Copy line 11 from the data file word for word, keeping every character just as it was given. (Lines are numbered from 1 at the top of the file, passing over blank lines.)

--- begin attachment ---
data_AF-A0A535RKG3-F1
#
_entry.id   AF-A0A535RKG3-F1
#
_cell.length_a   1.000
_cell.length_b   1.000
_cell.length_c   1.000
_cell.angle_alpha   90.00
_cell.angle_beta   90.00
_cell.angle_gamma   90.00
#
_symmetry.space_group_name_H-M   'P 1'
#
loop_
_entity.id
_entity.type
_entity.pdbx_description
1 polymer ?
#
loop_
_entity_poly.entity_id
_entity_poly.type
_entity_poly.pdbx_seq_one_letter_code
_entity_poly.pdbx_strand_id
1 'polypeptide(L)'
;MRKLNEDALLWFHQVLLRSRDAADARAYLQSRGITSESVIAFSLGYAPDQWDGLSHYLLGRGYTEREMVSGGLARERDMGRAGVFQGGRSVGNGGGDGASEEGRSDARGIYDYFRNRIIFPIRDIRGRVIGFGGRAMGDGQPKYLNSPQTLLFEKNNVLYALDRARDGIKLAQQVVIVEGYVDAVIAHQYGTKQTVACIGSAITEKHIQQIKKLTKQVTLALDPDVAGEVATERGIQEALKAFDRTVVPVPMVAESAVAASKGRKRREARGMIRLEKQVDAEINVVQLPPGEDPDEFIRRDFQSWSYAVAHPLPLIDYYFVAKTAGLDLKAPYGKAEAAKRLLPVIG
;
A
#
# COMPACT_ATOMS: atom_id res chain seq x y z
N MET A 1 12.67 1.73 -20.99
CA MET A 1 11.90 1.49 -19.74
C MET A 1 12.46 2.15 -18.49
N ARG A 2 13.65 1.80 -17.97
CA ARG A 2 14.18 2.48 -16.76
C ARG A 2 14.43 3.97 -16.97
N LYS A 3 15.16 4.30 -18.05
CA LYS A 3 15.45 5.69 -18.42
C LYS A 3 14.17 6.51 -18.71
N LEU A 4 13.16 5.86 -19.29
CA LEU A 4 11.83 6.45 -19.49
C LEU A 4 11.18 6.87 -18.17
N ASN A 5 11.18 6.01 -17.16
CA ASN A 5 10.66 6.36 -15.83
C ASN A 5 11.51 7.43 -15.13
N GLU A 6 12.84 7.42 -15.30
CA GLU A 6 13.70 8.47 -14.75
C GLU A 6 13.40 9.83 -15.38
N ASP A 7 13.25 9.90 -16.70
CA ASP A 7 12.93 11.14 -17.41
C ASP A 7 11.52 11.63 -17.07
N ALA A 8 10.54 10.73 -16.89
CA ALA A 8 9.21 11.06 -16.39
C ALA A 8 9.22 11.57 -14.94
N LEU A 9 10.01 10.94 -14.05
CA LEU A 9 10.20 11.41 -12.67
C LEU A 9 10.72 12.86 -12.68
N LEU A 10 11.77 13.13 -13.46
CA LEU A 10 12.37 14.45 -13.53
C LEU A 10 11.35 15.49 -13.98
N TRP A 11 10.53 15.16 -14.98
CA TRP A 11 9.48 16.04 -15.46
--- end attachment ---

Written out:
#